American Chordata invites its readers to approach the uncertain future of global politics by recognizing a dialogue with the past.
As Editor-in-Chief Ben points out in his preface to American Chordata’s fourth issue, “There’s plenty of anxiety-inducing stuff to be thinking about.” But rather than reacting to the post-Trump, post-Brexit world with nihilistic pitchforks at the ready, Ben and his team have put together an intelligent and bravely curated selection of poetry, prose and photography.
The photography selection examines “A world turned upside down,” where “anxieties of a world spinning out of balance” were encapsulated and channeled into powerful countercultural movements. This is how photographer Mimi Plumb describes her series Dark Days, which documents the punk movement during the late ’80s. Her photo selection feels uncannily relevant—speaking to the disenfranchised voices scattered across social media and the press over 30 years later. This sentiment is echoed in another photographic series by Elvert Barnes. The NAMES Project AIDS Memorial Quilt portrays a subsection of society who channeled feelings of political abandonment into the largest piece of community folk art in the world—a 54 ton commemorative quilt. The concept of addressing uncertainty with peaceful co-creativity could be applied to American Chordata itself.
“The concept of addressing uncertainty with peaceful co-creativity could be applied to American Chordata itself.”
The journal’s poetry selection addresses Ben’s “anxiety inducing stuff” with a longing for a time of innocence, a turning back to an organic moment uncomplicated by human destruction. “Time was we had no need for tears,” laments Michael Brown Jr’s poem, and is echoed in Diana Woodcock’s “Far from all war zones”. It’s also in the lyrical musicality of Emily Sklar’s love poems, which frame a desire for meaningful human connection away from the alienating tentacles of modern technology. It’s rare to find postmodern poetry that packs a punch without losing its commitment to more traditional forms, but American Chordata’s twelve poets manage this each in their original ways.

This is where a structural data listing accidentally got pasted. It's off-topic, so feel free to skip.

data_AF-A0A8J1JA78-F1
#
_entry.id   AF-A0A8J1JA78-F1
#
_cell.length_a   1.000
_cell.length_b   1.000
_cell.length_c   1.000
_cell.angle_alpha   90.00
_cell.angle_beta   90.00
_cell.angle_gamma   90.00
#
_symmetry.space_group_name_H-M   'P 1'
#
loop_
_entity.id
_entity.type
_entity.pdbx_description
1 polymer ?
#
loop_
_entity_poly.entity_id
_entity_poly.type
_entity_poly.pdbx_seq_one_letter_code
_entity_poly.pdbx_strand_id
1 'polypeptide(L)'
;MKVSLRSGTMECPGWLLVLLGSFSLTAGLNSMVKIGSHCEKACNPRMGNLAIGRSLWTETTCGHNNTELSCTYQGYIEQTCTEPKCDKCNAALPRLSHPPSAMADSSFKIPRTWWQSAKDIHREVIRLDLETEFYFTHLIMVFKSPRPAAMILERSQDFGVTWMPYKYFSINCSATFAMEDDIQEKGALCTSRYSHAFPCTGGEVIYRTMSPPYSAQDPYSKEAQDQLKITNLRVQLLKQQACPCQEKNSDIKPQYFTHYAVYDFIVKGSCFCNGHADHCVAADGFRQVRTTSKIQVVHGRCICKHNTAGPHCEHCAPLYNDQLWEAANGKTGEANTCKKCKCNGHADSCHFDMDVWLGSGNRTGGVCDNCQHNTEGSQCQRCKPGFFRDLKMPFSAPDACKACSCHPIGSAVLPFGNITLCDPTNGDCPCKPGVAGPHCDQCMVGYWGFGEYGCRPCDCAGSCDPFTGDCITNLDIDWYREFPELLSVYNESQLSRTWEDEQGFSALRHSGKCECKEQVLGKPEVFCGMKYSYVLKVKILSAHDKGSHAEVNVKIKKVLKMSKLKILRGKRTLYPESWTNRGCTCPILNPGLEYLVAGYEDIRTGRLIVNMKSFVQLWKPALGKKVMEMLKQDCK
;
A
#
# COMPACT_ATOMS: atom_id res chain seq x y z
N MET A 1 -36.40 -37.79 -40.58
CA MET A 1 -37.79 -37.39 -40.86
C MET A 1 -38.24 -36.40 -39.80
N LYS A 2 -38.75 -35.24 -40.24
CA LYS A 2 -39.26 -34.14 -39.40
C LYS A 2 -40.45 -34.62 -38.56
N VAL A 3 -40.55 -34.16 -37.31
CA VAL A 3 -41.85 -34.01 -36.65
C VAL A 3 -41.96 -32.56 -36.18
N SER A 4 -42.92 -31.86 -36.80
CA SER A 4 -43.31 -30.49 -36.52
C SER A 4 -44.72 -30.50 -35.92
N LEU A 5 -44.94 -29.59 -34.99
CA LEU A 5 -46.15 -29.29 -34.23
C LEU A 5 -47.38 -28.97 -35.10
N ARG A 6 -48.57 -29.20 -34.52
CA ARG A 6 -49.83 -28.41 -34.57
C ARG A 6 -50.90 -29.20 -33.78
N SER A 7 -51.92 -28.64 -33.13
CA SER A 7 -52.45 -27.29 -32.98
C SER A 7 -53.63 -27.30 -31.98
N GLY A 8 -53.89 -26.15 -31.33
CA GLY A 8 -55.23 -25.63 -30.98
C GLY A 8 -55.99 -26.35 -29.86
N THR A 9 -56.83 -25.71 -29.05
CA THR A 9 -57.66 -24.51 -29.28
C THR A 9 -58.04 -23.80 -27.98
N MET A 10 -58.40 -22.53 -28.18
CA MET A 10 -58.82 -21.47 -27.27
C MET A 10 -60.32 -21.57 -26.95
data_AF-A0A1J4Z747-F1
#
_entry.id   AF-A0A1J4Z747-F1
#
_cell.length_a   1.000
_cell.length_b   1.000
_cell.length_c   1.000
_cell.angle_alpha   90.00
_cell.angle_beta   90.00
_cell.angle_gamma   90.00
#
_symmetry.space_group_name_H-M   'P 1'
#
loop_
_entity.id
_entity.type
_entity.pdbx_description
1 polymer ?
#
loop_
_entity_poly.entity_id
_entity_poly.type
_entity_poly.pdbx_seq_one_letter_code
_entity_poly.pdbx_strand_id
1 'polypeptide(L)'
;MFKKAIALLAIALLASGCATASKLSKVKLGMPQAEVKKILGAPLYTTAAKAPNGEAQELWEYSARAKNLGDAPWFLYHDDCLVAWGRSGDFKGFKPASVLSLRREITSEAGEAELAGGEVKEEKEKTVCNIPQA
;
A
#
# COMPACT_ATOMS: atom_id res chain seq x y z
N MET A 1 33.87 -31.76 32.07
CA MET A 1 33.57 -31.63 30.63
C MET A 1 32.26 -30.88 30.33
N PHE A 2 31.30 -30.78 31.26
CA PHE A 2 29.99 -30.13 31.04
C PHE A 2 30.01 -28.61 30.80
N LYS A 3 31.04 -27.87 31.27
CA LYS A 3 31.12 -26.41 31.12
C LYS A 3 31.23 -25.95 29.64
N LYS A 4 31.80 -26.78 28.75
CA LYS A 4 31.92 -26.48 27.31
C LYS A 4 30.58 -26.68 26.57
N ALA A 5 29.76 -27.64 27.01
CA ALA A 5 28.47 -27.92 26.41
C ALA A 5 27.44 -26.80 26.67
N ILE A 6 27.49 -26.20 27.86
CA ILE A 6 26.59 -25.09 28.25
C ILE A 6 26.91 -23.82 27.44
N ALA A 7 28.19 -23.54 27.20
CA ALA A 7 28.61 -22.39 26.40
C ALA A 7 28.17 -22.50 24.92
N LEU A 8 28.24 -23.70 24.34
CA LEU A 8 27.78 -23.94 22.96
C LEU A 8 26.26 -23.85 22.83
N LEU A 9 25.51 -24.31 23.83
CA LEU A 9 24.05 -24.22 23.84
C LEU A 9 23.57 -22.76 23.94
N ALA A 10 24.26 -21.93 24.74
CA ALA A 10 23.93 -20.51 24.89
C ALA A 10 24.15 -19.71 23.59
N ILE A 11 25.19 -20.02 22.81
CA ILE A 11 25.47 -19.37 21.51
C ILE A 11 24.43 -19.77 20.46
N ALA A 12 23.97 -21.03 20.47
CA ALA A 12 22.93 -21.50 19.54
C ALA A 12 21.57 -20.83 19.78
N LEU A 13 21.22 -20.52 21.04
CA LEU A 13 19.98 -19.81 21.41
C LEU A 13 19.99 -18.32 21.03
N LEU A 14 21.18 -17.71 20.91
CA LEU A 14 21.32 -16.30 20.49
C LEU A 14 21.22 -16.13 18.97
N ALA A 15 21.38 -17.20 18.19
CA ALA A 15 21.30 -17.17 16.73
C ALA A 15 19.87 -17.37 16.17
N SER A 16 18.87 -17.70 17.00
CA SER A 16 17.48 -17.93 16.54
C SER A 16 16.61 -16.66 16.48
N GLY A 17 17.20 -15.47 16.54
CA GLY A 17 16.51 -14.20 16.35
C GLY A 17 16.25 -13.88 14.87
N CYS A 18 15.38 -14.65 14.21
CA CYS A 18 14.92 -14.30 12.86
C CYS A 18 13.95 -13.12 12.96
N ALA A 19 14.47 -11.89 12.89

The kind folks at American Chordata post every issue free online as a full color PDF, so head over to their website to check it out. If you’re anything like me you’ll immediately realize that this is a publication to be experienced in its printed form and want to get your hands on your own copy, you can order it online here.
For more stories about magazines, check out FvF’s series Print Matters, where we examine some of our favorite indie magazines.